impartibility


Also found in: Legal.

im·part·i·ble

 (ĭm-pär′tə-bəl)
adj.
Not partible; indivisible: an impartible inheritance.

im·part′i·bil′i·ty n.
im·part′i·bly adv.
American Heritage® Dictionary of the English Language, Fifth Edition. Copyright © 2016 by Houghton Mifflin Harcourt Publishing Company. Published by Houghton Mifflin Harcourt Publishing Company. All rights reserved.
References in periodicals archive ?
In turn, we have increased the use of behavior-based instruments instead of scaled evaluations of qualities or characteristics.This reduces the chances for result-driven evaluations by substituting behavior-based questions such as asking whether the judge treated all of the parties with dignity and respect with rating the judge's impartibility on a scale of one to five.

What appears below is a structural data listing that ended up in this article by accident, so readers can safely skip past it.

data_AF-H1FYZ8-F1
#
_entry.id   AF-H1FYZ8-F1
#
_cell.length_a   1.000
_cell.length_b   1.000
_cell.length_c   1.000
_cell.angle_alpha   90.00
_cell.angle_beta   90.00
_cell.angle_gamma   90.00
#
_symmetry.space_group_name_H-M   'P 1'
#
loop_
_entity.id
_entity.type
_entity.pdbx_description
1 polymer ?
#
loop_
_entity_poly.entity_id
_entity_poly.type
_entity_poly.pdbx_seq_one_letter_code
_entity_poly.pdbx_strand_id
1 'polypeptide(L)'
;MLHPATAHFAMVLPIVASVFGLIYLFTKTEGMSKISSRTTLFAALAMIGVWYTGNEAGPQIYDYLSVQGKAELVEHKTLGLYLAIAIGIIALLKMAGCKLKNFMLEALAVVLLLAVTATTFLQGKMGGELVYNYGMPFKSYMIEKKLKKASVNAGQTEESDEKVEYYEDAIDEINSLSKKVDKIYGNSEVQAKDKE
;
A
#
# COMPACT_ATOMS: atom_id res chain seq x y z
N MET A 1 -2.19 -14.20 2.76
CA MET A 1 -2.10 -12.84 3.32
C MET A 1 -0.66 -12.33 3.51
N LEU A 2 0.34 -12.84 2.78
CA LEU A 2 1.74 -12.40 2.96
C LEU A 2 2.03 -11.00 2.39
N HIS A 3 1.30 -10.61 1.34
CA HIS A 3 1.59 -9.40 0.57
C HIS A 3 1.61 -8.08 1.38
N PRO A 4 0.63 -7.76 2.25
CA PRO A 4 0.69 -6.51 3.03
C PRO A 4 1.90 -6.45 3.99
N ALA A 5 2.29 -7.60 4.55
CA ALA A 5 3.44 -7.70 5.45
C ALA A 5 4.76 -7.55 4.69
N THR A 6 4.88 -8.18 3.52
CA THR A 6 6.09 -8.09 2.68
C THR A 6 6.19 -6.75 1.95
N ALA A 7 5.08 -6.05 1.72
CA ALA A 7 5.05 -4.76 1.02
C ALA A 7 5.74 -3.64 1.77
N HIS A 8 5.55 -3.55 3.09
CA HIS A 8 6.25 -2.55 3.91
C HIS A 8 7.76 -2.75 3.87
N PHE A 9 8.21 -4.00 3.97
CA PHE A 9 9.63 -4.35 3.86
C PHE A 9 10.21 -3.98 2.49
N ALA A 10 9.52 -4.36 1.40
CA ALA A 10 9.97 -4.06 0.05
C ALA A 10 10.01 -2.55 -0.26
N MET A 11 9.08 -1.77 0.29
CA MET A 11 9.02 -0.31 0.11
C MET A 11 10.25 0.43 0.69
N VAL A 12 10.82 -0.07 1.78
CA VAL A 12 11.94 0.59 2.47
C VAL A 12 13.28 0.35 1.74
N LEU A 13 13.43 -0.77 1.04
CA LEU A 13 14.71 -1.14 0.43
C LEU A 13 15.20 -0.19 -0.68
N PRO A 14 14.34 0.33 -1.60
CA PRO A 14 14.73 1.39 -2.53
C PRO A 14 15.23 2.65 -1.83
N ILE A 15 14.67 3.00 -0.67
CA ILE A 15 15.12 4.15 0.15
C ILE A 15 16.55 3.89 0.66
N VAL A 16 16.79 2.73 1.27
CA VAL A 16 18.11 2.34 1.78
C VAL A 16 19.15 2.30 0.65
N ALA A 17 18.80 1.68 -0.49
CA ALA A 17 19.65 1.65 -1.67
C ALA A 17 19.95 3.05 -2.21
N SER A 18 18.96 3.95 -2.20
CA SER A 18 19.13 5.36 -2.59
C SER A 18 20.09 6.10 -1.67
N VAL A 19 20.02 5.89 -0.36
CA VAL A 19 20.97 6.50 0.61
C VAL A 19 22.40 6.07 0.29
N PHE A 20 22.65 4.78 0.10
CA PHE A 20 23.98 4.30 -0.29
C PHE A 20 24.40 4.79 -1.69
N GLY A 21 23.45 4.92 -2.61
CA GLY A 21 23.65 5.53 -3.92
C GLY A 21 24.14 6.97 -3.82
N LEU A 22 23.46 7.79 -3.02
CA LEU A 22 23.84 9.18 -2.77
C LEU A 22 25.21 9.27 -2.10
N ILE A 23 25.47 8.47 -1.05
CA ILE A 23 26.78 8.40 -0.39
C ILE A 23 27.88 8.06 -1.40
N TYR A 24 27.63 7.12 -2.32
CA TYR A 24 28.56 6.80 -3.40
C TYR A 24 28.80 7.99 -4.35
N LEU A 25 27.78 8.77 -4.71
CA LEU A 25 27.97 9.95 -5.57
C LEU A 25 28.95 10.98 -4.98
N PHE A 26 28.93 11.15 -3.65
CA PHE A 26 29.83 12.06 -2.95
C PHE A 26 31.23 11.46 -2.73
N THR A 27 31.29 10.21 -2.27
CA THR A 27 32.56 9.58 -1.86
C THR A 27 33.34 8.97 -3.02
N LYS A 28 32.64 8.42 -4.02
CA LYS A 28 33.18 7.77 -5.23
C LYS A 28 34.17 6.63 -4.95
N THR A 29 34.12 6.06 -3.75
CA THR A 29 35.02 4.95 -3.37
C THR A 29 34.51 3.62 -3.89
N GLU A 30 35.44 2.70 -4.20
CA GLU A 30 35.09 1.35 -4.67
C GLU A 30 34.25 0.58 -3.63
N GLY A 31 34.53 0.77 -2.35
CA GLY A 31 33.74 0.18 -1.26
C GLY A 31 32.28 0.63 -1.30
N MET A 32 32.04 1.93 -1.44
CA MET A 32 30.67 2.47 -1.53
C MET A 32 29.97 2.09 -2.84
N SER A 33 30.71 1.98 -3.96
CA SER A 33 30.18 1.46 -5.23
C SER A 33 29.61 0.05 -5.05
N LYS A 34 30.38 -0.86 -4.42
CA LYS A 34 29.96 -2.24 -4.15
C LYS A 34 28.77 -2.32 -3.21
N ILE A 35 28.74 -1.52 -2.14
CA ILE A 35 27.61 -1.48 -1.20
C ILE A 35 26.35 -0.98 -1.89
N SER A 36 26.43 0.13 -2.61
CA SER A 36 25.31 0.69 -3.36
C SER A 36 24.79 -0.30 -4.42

impartibility of human rights and fundamental freedoms, respect of human
"Our approach to serving clients doesn't change: we'll remain an integral part of MPS offerings provided through a number of vendors in the field, and we will continue to preserve our impartibility in serving the market," he added.
On the other hand, the opposing argument is based upon what was perceived to have been lost, especially community control and impartibility. It should be noted that the African American communities did suffer measurable social and economic lost as a result of desegregation.